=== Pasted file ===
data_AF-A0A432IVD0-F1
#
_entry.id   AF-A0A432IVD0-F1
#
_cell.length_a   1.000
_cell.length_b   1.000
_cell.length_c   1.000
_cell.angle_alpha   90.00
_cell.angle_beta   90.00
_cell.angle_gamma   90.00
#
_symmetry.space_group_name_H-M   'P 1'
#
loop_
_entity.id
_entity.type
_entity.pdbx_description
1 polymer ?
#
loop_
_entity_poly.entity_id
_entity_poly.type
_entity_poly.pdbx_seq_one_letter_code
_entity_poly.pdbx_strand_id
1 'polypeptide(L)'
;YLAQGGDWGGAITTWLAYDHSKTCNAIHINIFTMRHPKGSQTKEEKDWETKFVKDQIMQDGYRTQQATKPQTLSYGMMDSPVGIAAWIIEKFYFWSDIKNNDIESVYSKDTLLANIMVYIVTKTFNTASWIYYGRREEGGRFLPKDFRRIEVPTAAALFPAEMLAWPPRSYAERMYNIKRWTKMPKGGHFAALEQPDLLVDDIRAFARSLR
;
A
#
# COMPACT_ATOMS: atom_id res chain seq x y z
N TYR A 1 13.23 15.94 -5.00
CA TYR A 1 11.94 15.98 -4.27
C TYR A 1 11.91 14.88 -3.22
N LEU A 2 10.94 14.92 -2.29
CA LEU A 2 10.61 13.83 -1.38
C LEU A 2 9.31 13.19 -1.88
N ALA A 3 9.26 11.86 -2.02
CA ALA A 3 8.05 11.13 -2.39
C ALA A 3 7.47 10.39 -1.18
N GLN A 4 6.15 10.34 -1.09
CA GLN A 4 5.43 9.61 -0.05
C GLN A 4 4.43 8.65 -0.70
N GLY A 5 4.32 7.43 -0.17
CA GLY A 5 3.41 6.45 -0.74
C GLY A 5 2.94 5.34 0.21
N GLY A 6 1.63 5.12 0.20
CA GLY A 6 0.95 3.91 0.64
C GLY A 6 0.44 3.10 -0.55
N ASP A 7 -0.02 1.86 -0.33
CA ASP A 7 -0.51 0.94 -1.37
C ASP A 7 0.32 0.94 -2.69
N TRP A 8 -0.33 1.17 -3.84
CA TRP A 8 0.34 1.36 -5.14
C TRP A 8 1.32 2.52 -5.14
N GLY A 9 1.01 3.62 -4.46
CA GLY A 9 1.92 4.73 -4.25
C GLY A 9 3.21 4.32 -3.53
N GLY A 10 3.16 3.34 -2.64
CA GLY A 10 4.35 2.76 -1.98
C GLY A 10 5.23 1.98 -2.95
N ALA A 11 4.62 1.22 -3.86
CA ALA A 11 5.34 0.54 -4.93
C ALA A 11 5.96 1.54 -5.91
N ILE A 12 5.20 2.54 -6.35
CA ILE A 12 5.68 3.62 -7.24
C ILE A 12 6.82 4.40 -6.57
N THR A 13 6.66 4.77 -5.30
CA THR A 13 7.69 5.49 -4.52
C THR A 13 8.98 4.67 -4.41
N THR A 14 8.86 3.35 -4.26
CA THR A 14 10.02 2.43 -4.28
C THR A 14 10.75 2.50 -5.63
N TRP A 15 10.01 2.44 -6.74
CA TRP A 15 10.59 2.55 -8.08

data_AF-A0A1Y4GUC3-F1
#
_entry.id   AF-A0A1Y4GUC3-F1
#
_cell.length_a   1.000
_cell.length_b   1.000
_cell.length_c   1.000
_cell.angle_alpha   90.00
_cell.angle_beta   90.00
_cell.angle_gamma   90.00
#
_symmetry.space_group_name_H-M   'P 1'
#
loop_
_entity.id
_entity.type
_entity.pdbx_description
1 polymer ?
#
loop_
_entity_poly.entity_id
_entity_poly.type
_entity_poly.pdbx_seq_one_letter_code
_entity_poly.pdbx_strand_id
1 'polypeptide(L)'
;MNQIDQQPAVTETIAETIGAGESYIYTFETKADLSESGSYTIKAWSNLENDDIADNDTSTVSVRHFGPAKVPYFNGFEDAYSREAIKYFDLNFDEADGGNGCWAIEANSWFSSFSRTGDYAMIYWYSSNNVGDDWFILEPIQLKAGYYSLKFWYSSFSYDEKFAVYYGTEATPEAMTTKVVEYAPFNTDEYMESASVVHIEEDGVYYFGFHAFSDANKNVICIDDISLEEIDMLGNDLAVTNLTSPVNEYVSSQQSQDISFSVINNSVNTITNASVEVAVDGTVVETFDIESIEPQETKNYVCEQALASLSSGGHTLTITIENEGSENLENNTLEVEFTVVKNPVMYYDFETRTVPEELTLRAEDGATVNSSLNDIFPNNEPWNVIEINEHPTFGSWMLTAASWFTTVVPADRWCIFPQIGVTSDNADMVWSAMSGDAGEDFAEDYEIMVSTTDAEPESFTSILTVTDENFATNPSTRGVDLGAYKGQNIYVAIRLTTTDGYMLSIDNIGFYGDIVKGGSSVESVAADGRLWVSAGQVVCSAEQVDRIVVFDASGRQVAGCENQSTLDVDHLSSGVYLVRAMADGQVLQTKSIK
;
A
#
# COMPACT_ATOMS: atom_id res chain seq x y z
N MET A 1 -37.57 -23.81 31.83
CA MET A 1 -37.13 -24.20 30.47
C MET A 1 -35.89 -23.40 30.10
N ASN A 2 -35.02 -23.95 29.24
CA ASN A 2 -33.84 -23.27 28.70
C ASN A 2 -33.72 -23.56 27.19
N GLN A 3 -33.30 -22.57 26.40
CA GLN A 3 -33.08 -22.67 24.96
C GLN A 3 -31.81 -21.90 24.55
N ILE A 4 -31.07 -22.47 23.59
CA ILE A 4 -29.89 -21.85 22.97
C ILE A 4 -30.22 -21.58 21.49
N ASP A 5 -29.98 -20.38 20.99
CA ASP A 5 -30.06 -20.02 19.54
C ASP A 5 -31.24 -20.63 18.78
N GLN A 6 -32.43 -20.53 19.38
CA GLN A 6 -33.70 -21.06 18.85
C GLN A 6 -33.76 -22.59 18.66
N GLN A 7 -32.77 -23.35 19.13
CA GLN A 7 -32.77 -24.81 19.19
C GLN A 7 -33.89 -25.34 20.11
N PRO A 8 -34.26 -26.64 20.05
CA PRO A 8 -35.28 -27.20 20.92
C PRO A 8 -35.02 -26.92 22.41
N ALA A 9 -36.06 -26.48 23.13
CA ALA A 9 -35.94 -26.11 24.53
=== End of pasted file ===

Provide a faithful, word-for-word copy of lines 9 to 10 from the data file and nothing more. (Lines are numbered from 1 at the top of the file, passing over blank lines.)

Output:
_cell.angle_beta   90.00
_cell.angle_gamma   90.00